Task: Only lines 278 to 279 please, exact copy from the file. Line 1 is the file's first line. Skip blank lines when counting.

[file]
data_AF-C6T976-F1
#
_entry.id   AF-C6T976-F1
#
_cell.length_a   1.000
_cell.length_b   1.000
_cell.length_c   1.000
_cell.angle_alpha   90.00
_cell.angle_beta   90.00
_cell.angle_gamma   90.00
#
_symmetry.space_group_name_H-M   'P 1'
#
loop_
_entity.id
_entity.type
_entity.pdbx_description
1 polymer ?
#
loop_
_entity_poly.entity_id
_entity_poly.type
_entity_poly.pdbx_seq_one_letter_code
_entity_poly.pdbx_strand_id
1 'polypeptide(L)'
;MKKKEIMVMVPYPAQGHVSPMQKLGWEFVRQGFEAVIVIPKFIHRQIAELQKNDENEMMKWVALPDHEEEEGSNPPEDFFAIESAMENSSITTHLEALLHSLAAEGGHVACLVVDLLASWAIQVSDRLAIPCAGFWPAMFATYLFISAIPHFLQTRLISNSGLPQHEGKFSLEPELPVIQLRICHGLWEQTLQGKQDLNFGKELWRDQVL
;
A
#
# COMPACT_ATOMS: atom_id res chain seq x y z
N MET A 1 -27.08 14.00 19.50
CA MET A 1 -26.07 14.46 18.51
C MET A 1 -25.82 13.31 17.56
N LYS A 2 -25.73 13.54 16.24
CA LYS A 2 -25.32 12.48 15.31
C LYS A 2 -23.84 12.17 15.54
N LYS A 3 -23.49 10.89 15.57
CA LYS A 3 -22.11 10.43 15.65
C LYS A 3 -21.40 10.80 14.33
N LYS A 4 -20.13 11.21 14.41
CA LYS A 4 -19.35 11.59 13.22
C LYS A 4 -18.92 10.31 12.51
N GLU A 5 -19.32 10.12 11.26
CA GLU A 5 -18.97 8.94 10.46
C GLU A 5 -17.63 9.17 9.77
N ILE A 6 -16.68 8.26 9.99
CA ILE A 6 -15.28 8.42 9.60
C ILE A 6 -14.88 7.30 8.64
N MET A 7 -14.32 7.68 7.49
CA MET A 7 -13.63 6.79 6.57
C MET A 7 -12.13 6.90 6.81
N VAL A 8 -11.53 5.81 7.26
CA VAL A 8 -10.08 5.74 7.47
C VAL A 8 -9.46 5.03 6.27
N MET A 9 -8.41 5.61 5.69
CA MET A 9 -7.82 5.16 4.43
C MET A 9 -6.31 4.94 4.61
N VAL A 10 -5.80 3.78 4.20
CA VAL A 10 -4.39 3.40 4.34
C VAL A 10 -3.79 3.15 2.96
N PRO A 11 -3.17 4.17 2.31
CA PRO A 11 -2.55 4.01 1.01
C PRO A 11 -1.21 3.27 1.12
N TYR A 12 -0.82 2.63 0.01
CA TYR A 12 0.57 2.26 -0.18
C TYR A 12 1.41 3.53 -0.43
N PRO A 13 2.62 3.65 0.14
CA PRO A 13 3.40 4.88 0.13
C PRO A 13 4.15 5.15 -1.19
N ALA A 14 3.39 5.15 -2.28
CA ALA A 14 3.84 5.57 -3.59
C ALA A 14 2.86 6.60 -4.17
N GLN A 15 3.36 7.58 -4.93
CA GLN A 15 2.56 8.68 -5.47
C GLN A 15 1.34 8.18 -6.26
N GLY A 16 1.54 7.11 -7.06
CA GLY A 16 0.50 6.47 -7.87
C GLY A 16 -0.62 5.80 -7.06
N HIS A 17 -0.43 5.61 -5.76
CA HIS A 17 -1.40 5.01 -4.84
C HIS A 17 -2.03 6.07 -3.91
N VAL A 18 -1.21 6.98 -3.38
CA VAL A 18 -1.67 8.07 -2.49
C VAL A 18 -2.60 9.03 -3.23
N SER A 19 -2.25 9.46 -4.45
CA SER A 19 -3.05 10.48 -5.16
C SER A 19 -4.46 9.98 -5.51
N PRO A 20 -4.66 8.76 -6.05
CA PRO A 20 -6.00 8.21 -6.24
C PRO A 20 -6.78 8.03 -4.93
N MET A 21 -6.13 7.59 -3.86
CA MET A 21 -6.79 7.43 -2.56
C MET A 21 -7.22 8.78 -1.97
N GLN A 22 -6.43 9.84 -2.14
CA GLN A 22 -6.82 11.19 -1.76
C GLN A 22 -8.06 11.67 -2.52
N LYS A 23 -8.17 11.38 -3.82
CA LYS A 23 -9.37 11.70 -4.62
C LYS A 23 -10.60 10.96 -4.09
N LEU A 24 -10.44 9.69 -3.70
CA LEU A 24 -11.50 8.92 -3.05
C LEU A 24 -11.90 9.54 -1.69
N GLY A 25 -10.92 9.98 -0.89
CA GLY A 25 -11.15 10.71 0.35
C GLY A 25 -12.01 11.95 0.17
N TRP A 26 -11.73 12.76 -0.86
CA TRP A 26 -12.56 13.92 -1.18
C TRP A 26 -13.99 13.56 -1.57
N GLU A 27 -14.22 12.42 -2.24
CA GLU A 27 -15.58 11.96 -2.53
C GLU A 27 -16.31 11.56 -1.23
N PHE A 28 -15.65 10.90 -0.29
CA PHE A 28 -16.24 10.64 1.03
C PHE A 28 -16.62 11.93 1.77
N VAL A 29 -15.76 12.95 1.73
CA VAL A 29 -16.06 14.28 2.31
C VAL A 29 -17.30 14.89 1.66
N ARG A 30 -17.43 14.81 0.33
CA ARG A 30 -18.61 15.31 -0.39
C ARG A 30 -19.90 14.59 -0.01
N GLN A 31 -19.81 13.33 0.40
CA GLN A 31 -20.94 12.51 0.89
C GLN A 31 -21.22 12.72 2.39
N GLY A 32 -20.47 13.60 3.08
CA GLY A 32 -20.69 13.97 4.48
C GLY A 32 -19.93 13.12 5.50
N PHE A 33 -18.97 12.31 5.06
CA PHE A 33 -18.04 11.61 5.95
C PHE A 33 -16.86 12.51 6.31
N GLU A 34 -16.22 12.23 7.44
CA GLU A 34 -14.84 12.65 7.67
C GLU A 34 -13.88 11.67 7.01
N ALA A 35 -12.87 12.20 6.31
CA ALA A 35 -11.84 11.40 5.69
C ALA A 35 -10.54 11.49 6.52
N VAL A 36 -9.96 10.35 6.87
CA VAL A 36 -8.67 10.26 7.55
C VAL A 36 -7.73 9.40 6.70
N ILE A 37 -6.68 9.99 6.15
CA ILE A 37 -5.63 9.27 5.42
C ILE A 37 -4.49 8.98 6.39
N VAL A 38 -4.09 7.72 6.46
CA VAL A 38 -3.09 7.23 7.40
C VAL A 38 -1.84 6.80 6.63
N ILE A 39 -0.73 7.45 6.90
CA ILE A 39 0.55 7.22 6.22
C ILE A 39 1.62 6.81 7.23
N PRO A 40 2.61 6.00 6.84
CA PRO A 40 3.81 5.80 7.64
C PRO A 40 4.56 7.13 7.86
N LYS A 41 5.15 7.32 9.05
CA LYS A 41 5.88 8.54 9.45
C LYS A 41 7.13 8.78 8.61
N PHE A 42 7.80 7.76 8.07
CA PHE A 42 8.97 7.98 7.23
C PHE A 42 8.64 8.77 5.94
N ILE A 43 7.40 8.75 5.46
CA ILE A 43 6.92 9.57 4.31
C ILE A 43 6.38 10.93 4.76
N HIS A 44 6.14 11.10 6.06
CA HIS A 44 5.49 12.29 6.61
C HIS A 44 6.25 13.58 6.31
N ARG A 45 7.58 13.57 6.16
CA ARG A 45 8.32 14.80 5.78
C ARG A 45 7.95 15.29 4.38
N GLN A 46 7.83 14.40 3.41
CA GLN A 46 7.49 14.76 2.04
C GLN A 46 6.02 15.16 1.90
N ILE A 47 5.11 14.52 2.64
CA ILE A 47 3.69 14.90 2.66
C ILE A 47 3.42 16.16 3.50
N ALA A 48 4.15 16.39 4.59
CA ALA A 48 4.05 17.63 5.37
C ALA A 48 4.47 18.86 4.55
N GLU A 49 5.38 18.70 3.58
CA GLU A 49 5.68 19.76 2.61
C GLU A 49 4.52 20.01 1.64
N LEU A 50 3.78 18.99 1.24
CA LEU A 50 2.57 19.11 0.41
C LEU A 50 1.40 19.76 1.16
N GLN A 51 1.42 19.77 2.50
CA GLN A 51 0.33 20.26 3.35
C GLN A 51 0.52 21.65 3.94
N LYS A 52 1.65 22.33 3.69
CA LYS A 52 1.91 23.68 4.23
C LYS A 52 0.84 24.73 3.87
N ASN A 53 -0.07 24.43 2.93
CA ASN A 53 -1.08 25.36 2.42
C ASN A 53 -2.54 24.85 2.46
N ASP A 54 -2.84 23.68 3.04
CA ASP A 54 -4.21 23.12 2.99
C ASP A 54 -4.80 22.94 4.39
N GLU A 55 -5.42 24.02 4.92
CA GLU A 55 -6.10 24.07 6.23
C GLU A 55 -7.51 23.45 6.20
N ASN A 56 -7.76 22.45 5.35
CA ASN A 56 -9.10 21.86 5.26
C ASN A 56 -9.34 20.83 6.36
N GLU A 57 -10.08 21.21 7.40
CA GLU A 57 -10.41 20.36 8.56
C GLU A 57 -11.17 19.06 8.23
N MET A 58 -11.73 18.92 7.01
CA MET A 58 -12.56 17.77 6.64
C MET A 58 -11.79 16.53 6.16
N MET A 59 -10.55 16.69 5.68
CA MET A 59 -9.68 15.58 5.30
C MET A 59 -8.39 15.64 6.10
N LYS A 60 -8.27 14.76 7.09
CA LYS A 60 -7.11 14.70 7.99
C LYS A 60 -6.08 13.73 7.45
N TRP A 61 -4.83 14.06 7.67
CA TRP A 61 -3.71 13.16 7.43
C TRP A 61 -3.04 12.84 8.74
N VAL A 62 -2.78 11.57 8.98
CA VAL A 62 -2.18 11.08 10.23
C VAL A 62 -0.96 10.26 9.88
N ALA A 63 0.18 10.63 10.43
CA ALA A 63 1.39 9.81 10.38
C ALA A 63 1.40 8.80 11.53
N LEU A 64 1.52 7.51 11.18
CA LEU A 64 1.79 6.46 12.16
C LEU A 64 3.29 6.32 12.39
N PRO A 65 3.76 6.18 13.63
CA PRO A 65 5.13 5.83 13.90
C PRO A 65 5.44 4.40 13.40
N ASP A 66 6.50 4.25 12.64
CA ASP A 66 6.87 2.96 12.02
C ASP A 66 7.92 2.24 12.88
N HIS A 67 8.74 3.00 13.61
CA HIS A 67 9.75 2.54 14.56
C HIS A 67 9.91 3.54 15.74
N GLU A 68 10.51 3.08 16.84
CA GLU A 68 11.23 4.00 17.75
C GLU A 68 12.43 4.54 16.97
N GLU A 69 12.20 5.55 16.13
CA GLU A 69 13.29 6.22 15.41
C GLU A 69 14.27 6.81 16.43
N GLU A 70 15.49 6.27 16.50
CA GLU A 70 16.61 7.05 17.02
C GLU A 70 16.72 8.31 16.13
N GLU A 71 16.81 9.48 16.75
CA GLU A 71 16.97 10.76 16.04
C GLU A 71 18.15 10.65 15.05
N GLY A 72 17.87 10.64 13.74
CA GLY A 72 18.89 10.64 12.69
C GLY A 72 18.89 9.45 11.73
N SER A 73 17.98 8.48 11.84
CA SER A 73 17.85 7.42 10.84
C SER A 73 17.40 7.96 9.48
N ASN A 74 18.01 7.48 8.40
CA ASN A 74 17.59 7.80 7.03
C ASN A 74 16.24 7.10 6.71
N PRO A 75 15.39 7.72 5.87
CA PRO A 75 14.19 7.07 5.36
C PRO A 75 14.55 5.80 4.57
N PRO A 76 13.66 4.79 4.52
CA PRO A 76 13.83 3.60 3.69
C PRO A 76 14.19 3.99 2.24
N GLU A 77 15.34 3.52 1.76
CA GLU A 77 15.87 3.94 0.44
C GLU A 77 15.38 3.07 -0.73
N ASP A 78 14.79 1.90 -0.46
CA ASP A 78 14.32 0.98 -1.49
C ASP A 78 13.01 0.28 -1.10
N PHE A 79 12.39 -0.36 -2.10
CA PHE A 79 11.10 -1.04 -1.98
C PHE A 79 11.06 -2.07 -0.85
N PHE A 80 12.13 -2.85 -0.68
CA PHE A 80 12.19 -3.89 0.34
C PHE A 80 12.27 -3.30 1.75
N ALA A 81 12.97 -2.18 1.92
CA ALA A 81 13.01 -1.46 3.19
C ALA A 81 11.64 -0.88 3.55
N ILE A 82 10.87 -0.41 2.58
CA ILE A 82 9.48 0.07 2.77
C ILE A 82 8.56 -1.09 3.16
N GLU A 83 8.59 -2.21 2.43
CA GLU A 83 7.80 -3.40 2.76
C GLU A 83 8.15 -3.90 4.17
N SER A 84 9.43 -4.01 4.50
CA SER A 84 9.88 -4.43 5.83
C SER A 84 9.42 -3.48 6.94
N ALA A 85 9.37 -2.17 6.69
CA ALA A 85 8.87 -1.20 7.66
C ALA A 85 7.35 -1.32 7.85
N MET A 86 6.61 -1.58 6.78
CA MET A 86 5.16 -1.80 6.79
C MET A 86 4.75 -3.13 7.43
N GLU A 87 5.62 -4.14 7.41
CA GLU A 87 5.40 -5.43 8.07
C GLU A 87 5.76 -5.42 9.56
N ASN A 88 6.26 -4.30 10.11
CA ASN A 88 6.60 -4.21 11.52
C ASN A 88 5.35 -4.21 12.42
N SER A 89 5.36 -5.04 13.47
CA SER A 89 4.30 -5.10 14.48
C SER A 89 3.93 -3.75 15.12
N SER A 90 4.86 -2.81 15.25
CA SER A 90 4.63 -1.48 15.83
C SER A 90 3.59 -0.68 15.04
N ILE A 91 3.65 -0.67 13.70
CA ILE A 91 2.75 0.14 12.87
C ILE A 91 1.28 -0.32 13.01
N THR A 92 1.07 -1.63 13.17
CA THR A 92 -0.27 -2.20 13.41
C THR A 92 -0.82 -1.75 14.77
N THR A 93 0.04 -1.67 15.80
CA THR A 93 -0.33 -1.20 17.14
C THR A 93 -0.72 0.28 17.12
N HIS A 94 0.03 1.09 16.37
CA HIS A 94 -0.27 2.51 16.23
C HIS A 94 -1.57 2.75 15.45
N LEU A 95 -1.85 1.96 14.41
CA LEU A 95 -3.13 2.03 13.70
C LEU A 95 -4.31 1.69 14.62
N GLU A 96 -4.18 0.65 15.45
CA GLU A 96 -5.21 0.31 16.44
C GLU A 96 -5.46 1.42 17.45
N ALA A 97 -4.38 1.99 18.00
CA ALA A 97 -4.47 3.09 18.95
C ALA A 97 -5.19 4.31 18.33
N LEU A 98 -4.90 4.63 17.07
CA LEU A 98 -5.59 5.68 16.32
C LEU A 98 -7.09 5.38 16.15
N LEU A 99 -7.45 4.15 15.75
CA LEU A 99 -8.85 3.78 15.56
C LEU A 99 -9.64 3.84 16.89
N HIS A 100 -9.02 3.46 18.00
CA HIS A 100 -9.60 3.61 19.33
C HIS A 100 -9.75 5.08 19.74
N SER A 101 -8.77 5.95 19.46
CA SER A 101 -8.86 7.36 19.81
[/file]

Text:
CA GLU A 83 7.80 -3.40 2.76
C GLU A 83 8.15 -3.90 4.17